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Here are our 10 best college podcasts in America

LA Johnson/NPR

What's it like to live with schizophrenia? What if I turned off my phone and spent an entire day completely offline? Can I use my campus physics lab to test the best tool for stirring coffee?

These are some of the questions students explored in the 2023 NPR College Podcast Challenge. We received more than 500 entries this year (a record!) that brought us personal stories of conflict or triumph; deep, thoughtful interviews; compelling local news coverage; and sound-rich investigative reporting.

And so here they are, presented below – our 10 finalists representing the best of college podcasting this year. Finalists from campuses big and small, and all over the country: the University of Wisconsin-Madison, Miami Dade College, Tennessee Tech ... and more. Some are from students studying journalism, others from public health, peace studies, or physics majors.

This year also brought an uptick in timely podcasts about issues important to college students: climate change, gender and identity, youth activism, and campus politics.

Some entries have scenes rich with original sound design and musical scoring. Others relied on strong writing and narration alone.

(A bit of advice here about music: Most students who made it to our honorable mention or finalist round used music or "scoring" to set the scene, to mark transitions that introduce a new scene or chapter, or to convey emotion. Many others underlaid music throughout their entire podcast – which, we're sorry to say, often is distracting for listeners. With smart "scoring," it's good to assume that less is more; treat each music and sound design like another character in your story!)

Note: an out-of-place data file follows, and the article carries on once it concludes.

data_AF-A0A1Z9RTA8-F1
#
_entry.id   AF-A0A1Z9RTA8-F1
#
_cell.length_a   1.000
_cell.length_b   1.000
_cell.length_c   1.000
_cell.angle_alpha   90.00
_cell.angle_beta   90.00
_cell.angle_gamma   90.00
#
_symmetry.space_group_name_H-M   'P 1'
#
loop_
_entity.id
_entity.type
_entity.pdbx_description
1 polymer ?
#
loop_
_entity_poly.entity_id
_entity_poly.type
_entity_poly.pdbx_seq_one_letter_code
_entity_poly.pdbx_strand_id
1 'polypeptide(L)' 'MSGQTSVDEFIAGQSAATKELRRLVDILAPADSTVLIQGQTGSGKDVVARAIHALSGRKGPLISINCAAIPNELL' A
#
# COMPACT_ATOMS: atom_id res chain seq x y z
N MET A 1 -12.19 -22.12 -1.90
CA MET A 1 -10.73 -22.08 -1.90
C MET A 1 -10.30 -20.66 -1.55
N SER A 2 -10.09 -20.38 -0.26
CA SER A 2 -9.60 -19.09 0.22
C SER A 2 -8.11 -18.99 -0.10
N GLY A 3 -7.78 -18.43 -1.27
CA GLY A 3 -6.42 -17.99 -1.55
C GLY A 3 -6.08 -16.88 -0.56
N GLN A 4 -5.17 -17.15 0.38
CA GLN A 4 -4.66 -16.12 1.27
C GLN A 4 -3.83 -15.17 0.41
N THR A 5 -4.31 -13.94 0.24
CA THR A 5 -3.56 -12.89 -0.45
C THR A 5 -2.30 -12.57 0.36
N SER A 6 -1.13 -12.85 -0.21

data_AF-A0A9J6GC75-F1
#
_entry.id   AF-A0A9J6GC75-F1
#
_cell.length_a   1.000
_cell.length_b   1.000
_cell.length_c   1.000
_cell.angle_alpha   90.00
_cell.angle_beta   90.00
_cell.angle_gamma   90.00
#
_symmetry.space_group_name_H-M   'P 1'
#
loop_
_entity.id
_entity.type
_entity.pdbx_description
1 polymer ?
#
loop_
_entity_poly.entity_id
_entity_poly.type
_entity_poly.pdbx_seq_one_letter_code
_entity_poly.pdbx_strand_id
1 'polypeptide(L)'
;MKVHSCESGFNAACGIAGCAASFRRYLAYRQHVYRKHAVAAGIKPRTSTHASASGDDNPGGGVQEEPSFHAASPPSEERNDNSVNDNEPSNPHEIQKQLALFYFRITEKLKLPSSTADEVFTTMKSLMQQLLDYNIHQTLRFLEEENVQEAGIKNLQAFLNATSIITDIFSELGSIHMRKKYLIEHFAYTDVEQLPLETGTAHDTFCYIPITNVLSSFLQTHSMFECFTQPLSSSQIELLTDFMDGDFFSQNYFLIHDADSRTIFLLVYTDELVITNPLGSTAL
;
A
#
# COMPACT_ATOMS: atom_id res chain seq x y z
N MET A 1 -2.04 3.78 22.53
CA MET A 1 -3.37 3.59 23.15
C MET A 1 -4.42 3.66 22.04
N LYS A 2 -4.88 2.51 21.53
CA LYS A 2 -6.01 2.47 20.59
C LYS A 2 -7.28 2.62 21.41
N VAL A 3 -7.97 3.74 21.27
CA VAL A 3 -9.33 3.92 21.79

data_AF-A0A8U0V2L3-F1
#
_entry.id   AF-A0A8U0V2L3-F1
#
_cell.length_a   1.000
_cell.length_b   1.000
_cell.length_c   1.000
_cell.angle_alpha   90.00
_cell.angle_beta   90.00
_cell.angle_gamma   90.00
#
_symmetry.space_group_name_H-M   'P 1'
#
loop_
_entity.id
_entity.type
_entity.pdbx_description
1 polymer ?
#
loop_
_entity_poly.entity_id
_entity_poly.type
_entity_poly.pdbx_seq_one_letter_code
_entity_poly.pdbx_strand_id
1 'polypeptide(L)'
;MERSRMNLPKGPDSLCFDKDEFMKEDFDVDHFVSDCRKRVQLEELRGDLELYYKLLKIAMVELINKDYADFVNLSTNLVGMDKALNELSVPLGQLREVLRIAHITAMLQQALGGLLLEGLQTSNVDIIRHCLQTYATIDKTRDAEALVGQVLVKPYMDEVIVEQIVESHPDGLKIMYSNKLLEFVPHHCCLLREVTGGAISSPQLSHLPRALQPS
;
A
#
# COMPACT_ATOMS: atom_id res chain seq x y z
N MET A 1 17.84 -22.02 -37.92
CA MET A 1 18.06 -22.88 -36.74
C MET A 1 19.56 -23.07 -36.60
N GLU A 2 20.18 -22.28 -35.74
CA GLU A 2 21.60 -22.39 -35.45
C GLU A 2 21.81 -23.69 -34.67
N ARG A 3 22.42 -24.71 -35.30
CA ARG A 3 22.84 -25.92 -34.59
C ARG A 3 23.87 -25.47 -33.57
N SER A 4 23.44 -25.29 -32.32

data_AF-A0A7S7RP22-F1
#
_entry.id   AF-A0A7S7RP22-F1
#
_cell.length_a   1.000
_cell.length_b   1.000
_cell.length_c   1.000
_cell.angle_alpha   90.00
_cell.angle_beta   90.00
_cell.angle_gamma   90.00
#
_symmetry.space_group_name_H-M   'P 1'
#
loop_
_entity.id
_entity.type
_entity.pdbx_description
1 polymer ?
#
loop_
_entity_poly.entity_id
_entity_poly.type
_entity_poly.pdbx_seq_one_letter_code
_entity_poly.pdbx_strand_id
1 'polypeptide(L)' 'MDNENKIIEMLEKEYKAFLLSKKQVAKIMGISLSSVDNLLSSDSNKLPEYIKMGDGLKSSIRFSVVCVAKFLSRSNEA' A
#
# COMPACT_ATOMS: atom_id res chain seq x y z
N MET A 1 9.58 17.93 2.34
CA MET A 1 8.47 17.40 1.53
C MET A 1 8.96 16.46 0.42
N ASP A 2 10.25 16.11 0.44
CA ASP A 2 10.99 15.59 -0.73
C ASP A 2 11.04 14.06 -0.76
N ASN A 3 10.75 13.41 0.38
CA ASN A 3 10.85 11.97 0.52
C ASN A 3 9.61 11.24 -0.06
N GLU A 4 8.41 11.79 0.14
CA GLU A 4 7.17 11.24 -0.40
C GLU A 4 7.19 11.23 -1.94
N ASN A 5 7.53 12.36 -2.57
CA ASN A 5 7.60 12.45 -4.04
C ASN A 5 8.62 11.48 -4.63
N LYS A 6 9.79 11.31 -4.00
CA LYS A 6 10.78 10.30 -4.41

So, what makes these 10 podcasts stand out? Humor is a big factor (and it's harder to pull off than you'd think!) It goes without saying that an interesting topic or story helps. High production values count — and we've noticed marked improvements in this area every year. And yes, you need a clear narrative "arc," or journey.

But what really distinguished each of these finalists is the enthusiasm and care that student podcasters brought to their work, and the creativity they show us in telling their stories in compelling ways.

Here (in alphabetical order) are the finalist entries of the 2023 NPR College Podcast Challenge. Our judges will meet soon to select among them our Grand Prize Winner, and we'll announce that decision in late March. And we'll soon publish our list of honorable mentions as well.

Congratulations students! We hope to hear from you again next year.

All Good Things, Jack Ohly, the University of Wisconsin-Madison

This sound-rich podcast walks us through technologies of the past, present and future – and explains how they got us to where we are today, then ceased to exist.

Breaking from the Bible Belt, Meghan McKinney, Missouri State University